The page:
Prepping the community of Killona for growth is a priority for St. Charles Parish Councilman Terrell Wilson, who is working on getting the infrastructure that could bring highly desired new jobs to the area.
The immediate prospect is AM Agrigen Industries’ planned $1.2 billion fertilizer plant for the area, which Wilson said is a major push behind his efforts to get water and wastewater upgrades for the area.
Overall, the newly re-elected councilman for District 1 is committed to growing an industrial area with about 700 residents.
Economic Development Director Corey Faucheux also foresees Killona’s potential as one of the parish’s future hot spots for growth.
“It’s one of the few areas of the parish with large tracks of vacant land that could be of interest to companies,” Faucheux said. “If you look at the corridor growth between Baton Rouge and New Orleans that does include Killona.”The area does need infrastructure upgrade, including water and wastewater treatment that currently stop at vacant acreage at state Highway 3141.
“Someone will have to make that investment to grow that infrastructure there,” Faucheux said.
Ground was recently broken for a new Killona Community Center, but he said water and wastewater improvements were needed just to serve the building. Although acreage is available for new projects, the infrastructure is not there to service it yet.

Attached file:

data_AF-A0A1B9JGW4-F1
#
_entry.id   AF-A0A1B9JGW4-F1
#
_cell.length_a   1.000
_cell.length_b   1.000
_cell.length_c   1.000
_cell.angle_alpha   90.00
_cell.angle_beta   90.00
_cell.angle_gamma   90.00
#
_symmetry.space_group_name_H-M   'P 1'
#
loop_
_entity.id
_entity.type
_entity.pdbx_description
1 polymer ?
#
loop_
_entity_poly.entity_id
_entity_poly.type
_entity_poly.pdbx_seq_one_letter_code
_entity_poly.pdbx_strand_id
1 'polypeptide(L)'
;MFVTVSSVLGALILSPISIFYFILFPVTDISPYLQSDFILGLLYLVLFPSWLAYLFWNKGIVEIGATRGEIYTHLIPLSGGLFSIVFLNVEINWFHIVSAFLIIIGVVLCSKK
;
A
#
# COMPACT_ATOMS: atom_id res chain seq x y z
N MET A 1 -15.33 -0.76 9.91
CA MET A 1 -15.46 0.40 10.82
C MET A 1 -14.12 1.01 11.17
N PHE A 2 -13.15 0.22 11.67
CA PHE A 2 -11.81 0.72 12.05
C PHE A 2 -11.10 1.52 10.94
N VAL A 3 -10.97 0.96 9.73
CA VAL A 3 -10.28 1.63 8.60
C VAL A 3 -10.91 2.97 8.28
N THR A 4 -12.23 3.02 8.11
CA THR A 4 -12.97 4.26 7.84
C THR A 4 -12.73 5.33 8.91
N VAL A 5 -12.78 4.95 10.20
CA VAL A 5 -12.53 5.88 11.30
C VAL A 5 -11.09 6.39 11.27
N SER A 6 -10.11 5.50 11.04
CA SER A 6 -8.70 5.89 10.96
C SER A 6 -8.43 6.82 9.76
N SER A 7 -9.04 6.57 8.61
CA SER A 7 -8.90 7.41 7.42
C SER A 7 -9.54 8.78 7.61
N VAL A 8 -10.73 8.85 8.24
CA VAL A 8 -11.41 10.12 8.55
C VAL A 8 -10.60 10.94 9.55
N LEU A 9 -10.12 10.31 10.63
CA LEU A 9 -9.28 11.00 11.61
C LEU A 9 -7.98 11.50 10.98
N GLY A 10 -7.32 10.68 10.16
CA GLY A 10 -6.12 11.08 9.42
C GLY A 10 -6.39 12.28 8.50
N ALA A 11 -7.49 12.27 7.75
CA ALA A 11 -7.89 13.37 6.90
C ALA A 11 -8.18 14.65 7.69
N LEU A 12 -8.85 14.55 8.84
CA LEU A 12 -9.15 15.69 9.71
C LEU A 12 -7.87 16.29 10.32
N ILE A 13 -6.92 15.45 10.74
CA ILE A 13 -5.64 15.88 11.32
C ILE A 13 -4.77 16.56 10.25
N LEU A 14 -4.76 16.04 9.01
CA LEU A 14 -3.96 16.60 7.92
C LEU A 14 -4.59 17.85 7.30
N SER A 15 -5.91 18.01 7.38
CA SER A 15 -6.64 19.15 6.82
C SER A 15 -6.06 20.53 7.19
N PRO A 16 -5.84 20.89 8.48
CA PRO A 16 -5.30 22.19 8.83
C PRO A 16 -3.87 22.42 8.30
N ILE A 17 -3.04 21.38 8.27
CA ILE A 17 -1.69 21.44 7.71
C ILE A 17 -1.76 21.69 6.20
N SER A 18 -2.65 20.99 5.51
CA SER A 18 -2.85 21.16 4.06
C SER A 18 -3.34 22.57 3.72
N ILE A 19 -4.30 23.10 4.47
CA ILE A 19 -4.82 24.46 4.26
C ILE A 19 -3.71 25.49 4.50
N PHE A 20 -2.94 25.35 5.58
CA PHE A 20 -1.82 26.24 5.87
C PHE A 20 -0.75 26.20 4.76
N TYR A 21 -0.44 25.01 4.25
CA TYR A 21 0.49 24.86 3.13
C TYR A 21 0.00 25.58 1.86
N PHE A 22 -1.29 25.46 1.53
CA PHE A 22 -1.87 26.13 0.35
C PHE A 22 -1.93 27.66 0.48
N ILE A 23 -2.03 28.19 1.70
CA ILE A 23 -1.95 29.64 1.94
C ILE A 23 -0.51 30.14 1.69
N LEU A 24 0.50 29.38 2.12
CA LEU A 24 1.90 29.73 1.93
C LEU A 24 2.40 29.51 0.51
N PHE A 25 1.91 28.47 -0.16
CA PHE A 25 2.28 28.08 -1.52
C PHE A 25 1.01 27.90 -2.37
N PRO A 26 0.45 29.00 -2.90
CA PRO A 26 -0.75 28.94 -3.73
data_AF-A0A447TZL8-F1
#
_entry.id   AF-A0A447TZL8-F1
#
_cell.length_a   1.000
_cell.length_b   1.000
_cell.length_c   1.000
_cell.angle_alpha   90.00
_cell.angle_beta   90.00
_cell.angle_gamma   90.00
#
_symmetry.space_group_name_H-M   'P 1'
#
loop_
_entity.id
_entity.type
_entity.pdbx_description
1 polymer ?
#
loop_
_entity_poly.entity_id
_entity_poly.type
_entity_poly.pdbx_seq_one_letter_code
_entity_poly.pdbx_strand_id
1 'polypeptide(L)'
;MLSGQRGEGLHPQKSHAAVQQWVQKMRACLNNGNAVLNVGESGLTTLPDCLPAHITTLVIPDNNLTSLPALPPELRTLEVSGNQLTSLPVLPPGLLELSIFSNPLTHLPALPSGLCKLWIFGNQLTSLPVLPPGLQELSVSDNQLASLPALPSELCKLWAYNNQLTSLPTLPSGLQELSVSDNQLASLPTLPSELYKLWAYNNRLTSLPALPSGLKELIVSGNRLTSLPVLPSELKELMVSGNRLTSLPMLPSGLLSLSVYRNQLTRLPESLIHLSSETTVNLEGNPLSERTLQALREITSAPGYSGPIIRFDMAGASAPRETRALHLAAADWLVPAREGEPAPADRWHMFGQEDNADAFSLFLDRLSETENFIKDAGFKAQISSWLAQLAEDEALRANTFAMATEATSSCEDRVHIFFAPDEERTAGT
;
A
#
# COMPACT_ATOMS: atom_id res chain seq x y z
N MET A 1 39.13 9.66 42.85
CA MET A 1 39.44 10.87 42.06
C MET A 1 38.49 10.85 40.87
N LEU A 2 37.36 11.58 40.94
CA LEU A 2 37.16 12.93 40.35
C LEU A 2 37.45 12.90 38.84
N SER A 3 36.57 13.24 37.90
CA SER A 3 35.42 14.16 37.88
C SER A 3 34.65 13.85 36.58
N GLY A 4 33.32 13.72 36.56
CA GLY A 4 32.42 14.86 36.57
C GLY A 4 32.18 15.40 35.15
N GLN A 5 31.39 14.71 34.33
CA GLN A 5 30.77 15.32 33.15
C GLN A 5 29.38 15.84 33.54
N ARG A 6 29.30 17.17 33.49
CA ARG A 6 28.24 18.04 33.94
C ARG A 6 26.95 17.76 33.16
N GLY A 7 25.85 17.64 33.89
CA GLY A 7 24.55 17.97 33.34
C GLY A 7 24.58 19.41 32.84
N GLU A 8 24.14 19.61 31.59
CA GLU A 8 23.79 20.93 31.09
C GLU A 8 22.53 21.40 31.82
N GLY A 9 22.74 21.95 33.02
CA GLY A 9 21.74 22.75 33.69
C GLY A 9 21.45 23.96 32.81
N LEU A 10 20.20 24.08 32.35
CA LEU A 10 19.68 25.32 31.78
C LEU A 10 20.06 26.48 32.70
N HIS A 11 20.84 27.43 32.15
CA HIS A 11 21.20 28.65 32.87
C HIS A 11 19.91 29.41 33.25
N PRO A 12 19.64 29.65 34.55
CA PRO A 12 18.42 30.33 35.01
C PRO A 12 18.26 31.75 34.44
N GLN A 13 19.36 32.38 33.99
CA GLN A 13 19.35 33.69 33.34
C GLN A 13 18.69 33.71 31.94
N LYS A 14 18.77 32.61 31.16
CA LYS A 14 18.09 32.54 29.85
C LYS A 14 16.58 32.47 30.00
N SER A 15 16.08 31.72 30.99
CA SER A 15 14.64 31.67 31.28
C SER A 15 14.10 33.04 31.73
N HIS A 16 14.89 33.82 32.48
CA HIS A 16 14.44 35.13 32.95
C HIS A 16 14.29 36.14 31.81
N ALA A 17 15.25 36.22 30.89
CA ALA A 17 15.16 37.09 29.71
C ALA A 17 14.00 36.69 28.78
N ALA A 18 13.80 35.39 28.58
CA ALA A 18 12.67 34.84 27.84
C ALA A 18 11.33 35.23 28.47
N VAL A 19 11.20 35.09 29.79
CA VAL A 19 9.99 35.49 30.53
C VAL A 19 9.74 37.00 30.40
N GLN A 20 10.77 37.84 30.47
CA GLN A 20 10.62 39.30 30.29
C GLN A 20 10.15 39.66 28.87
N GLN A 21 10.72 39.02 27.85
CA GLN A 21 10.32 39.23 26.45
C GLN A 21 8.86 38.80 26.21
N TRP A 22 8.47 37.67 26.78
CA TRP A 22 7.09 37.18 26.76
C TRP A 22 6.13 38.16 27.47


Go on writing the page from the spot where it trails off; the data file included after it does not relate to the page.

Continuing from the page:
But he, like Wilson, hopes the fertilizer plant will serve as the catalyst to jump start the improvements, as well as expansion.
Announced in May of 2014, the fertilizer plant and been undergoing the lengthy permitting process necessary to begin construction.
Faucheux said the project is still on the table, but he added they’ve remained cautiously optimistic about the project since it was announced.
“For such a large project like that, there are so many approvals that are needed and moving parts that have to perfectly align for the project to go to construction,” he said.
Also, AM Agrigen has been working on finalizing the project’s $1.2 billion finance package since last year.“The company has still optioned the rights to the property so they are still in control of the property for a while now, but until they know how to pay for it they’re not going to move on it,” he said.
The proposed fertilizer plant, which has remained in the news since it was announced, would create 150 jobs.In 2014, company officials told parish leaders the plant was on track and expected to finalize the deal within a year.
AM Agrigen CEO Mark Vandervoorde said then the deal wasn’t finalized, but they had applied for all permits necessary to built the plant and were waiting for regulatory response. He added, “There is a commitment that this plant will get built. We still have a number of hurdles to get past before everyone else agrees on it, but we are committed to this process. If we can get through it, we will build the plant.”
At that time, Vandervoorde said there was demand for 12 to 15 million tons of urea in the U.S. with only about six million tons produced domestically. He also discussed the potential to export the fertilizer. AM Agrigen announced plans for a 650-acre site that would create an estimated 150 permanent jobs with an average $55,000 salary.
Even so, Wilson has remained focused on expanding water and wastewater treatment facilities in the area, a move that he is hopeful will help secure the area’s future.